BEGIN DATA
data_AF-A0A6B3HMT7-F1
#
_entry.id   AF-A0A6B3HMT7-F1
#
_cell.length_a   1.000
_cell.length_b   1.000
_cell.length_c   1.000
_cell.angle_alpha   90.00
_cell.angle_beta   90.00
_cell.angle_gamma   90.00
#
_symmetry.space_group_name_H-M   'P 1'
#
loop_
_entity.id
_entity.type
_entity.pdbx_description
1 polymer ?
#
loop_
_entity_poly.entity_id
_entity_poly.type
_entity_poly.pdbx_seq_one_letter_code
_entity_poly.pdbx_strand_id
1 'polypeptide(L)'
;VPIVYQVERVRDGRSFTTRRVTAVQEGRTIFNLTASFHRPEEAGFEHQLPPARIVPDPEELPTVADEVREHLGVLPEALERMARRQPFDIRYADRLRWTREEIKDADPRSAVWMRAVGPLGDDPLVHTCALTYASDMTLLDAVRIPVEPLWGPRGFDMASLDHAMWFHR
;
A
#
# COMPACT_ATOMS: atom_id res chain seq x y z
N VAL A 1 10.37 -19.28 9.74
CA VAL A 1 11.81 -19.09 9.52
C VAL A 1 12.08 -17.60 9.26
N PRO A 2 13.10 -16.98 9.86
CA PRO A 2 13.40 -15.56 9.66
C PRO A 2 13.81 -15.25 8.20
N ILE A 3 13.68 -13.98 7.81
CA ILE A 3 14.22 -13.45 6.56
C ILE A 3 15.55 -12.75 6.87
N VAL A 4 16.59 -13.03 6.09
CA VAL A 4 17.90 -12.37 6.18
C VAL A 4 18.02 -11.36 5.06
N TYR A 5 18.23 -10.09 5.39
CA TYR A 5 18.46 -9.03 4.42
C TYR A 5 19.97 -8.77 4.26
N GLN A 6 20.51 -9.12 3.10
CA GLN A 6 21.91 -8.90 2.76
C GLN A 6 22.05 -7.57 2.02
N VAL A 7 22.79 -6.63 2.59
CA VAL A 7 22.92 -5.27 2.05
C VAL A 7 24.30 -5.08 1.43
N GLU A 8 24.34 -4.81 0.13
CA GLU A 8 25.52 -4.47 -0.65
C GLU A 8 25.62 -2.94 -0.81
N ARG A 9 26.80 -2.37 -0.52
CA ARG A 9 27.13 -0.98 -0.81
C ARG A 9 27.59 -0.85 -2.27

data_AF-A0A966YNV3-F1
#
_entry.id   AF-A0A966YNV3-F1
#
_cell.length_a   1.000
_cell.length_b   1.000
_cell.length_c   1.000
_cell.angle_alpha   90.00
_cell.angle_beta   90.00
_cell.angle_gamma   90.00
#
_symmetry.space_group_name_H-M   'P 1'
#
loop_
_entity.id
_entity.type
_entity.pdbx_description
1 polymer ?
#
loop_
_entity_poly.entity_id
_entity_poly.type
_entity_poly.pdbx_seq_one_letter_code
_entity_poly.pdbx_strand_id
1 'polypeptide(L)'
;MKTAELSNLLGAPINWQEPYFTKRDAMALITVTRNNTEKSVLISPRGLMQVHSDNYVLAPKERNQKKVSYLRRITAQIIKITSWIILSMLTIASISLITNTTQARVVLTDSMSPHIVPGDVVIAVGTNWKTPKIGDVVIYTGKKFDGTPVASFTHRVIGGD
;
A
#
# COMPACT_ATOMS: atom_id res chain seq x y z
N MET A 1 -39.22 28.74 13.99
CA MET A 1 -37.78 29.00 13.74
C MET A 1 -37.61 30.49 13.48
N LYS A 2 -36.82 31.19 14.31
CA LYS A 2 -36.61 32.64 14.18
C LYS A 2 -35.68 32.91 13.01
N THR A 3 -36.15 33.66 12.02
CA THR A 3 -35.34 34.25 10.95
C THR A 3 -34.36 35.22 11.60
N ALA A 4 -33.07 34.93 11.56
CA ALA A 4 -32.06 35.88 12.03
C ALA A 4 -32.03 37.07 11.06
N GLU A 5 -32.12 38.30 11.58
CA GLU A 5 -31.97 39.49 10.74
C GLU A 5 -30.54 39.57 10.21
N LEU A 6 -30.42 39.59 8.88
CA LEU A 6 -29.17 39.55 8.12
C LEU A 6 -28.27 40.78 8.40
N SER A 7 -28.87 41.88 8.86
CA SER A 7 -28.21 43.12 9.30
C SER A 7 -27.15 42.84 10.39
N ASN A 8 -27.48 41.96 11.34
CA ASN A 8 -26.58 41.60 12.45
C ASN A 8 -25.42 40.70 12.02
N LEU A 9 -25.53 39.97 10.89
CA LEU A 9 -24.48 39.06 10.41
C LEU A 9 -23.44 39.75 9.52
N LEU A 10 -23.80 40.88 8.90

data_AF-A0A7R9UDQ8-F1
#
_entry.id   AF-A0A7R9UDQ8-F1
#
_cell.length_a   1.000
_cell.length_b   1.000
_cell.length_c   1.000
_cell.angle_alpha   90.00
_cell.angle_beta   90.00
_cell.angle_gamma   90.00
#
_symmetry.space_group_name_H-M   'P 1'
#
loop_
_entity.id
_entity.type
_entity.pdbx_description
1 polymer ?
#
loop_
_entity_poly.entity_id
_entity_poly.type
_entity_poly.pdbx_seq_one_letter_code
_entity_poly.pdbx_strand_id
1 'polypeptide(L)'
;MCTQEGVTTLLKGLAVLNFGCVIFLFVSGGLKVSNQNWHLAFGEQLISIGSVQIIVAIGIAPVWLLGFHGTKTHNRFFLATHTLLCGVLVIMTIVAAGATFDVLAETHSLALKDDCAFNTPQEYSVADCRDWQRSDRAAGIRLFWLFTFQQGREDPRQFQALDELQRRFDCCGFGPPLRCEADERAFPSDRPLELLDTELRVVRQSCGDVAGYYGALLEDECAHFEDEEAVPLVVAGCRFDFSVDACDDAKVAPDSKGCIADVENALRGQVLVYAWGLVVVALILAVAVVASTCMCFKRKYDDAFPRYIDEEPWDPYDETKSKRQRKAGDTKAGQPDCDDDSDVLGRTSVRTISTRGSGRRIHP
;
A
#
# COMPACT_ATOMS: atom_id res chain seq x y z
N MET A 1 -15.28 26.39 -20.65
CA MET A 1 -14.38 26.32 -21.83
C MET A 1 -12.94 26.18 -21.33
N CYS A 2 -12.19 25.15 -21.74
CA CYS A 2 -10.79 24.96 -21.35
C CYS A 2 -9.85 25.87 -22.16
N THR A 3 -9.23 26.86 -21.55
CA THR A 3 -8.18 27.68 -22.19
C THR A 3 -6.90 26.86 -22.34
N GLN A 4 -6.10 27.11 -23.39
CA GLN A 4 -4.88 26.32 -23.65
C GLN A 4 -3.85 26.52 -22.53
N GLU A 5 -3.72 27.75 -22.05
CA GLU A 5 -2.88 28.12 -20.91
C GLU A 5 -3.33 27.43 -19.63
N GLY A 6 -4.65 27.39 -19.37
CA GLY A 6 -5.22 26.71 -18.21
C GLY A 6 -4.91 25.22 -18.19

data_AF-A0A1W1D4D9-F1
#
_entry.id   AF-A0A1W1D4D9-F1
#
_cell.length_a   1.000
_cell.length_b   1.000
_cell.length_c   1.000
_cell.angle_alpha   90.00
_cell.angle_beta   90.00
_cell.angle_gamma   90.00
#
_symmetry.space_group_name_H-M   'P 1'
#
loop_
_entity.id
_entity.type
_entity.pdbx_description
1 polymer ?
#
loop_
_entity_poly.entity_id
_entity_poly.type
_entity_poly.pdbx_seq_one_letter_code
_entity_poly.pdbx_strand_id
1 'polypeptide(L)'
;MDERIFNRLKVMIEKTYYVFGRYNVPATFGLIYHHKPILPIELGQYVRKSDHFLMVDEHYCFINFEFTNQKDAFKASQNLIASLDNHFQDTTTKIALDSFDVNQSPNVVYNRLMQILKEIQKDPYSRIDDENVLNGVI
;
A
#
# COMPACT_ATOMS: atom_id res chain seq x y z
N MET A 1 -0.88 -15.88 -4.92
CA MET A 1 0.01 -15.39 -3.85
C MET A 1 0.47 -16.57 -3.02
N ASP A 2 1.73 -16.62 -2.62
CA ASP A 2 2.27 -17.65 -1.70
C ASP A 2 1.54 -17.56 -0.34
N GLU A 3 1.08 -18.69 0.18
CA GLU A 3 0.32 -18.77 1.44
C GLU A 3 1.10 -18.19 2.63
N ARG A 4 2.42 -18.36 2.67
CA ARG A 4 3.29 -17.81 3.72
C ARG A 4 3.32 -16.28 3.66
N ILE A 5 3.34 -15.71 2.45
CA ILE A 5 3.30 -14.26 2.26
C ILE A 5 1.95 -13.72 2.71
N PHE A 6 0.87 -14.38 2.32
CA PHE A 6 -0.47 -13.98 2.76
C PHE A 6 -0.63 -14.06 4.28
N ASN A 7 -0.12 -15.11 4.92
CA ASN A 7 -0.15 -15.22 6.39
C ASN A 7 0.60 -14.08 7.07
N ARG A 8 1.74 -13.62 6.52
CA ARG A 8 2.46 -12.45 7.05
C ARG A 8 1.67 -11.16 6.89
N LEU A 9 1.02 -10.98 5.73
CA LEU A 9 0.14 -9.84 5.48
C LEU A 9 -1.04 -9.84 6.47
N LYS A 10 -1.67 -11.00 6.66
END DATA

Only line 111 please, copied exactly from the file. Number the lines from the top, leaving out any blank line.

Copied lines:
C ASN A 8 -25.42 40.70 12.02